Woman Warrior #5: Anna Eleanor Roosevelt
Anna Eleanor Roosevelt was born in New York on October 11, 1884. She passed away on November 7, 1962, at the age of 78. Eleanor was the wife of the American Democratic President, Franklin Delano Roosevelt and held the title of First Lady of the United States from March 4, 1933 to April 12, 1945. Much more than a hostess of the White House, Eleanor Roosevelt was the first wife of a president to hold a true political role. She was the first president of the U.S. Presidential Commission on the Status of Women and chairs the commission drafting the Universal Declaration of Human Rights.
Eleanor Roosevelt was part of the American elite and embodied White Anglo-Saxon Protestant’s values. The Roosevelts are among the richest and most influential families on the East Coast. Her uncle was a former U.S. president: Theodore Roosevelt. Eleanor Roosevelt leaves her role as a submissive wife to fully interfere in politics. Progressive and feminist, she advocates for the « American Civil Rights Movement » and contributes to the creation of the « Women Airforce Service Pilots ». Internationally, Eleanor Roosevelt developed unique qualities for diplomacy.
Woman Warrior #4: Lamia Bazir
Lamia Bazir is a change maker and an advocate for women and youth. Right after completing her education at Sciences Po Paris and Columbia University in New York, Lamia returned to her home country Morocco where she worked for the Head of Government Office for more than 3 years on Education and Youth Employability. In parallel, she founded « Empowering Women in the Atlas » and launched several initiatives to break the isolation and poverty of rural women and girls and promote their leadership in the Atlas Mountains. Her latest actions include a program that enabled 100 rural women from the Middle Atlas to access university for the first time and get training, coaching, equipment, and seed-funds for their micro-enterprises. She also launched a school program for 200 children and an exchange program that enabled youth from the Middle Atlas Mountains to get a passport and leave their region for the first time, for a training on solar energy in Norway.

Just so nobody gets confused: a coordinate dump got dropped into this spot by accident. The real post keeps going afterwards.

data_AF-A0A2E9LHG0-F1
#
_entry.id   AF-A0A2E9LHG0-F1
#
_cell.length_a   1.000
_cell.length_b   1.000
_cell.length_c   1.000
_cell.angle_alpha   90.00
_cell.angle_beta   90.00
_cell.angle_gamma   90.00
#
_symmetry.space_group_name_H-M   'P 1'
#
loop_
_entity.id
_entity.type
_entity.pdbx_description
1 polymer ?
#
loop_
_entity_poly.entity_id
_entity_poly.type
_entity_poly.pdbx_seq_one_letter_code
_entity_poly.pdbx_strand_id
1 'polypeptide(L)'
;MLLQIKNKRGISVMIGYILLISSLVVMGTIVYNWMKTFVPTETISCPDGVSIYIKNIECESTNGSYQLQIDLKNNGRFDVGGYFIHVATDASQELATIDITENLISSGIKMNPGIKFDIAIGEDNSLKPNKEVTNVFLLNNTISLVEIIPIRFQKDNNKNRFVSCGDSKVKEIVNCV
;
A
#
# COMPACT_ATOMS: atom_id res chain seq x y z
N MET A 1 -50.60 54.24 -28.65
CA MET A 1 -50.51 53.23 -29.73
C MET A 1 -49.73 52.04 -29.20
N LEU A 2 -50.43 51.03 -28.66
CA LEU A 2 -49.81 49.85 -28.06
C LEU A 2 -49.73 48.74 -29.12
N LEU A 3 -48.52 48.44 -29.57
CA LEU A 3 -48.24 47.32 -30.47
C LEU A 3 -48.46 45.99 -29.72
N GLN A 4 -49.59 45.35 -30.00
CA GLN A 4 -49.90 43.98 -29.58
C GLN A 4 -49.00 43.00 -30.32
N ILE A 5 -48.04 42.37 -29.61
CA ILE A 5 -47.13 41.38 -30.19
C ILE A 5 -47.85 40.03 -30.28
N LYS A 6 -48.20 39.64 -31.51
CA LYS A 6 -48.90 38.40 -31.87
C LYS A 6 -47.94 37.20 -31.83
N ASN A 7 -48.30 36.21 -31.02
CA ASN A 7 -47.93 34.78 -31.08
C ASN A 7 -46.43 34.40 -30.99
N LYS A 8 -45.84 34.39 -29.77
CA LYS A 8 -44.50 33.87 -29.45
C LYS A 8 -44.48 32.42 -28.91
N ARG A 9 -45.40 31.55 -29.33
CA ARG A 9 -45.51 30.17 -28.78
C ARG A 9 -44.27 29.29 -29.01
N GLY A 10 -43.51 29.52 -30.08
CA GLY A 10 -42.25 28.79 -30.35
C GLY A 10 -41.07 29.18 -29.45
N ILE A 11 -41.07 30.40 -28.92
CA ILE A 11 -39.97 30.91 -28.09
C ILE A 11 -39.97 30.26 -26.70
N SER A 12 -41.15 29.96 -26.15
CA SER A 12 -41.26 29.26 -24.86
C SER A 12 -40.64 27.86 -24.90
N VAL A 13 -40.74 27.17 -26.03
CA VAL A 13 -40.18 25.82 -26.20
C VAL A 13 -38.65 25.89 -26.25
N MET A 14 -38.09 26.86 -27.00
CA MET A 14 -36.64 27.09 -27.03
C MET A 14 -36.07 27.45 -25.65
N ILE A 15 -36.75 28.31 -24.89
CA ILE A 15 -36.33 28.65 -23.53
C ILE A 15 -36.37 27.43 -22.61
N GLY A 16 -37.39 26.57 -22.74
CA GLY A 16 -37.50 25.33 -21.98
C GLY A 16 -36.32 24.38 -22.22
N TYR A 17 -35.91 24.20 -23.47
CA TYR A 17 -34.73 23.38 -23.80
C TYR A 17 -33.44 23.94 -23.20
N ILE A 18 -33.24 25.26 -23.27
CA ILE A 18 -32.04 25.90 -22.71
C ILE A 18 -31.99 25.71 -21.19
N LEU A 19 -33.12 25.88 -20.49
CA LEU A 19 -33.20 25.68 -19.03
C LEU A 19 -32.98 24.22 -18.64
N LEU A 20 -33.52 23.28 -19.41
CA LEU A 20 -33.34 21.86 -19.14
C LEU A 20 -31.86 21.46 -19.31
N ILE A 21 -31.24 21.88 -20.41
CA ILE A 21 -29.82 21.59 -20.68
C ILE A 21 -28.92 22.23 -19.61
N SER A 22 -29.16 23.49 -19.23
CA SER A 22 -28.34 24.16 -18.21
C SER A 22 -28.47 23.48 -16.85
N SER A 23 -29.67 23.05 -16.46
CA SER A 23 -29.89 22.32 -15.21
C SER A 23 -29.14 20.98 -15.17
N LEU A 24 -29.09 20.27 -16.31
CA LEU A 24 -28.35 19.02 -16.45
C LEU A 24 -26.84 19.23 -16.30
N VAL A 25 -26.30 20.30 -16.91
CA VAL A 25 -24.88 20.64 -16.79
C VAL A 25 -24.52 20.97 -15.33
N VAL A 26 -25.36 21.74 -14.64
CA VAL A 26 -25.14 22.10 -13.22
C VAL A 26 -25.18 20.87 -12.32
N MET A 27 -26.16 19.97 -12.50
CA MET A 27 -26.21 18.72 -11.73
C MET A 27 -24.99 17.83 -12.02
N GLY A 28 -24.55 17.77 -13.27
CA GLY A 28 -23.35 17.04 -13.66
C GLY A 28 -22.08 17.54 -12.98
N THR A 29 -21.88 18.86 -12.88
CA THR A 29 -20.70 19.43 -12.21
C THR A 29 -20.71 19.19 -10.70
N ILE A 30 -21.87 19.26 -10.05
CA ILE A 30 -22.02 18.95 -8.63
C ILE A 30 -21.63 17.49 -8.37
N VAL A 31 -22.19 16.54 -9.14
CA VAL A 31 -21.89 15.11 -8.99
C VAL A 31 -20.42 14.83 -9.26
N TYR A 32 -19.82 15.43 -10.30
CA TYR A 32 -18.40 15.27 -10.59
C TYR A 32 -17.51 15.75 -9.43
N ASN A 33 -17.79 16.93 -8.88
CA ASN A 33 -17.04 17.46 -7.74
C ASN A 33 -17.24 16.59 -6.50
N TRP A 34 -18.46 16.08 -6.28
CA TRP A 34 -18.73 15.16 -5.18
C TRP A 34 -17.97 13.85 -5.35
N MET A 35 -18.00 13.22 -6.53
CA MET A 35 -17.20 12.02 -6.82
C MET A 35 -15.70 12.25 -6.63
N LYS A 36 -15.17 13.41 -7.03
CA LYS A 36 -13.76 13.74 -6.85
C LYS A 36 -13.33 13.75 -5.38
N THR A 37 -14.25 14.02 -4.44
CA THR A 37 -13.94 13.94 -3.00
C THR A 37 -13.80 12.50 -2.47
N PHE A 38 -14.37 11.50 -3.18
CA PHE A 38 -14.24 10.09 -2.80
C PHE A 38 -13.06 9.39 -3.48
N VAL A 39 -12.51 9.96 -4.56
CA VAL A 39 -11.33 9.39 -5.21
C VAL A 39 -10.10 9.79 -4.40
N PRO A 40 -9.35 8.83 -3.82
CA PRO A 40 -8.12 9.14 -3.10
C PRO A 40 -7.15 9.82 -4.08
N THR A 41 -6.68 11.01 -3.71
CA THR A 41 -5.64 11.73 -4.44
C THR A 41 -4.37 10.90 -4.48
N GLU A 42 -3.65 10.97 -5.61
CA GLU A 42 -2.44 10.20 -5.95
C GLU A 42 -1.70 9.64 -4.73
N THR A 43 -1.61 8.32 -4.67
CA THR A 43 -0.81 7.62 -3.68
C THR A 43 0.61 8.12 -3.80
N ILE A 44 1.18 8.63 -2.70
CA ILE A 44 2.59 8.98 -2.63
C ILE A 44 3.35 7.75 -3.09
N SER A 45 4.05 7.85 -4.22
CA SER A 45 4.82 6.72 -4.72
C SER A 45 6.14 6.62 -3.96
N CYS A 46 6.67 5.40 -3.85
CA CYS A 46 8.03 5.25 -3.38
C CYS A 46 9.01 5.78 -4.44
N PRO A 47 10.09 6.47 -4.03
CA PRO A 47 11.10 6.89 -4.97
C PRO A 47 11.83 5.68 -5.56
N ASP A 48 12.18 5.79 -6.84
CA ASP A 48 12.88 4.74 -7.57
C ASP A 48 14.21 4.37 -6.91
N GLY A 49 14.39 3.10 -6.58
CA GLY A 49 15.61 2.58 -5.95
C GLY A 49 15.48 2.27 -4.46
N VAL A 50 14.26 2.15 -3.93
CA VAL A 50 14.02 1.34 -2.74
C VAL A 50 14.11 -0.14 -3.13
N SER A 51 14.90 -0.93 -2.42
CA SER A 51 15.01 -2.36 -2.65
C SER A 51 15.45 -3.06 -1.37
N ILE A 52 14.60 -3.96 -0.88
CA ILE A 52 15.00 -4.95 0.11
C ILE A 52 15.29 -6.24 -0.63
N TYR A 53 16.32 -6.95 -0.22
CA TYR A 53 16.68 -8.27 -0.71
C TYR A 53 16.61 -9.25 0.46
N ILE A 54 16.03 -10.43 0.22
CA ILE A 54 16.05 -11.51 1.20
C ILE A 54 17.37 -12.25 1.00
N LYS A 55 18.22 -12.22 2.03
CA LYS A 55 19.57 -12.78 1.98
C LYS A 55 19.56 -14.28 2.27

Lamia also cumulated a rich international experience while she was a student. She was a representative at the Economic and Social Council of the United Nations in New York and conducted political analysis for the Arab League, consultancy with Transparency International, and field research in Niger. Her advocacy and achievements got her respect and recognition in Morocco and beyond. In 2015, she won the United Nations and MBC Award for Volunteering. In 2016, she is the youngest to be selected among of the 60 women leaders of the kingdom of Morocco, by the National Magazine Challenge.
Lamia Bazir is a real inspiration for Moroccan and international youth. Her achievements are beyond incredible, we definitely need more Moroccan women as implicated as her. Thank you for inspiring us and thank you for everything you have been doing for our country. You represent Morocco and Africa in the best light possible. You are without any doubt a woman warrior!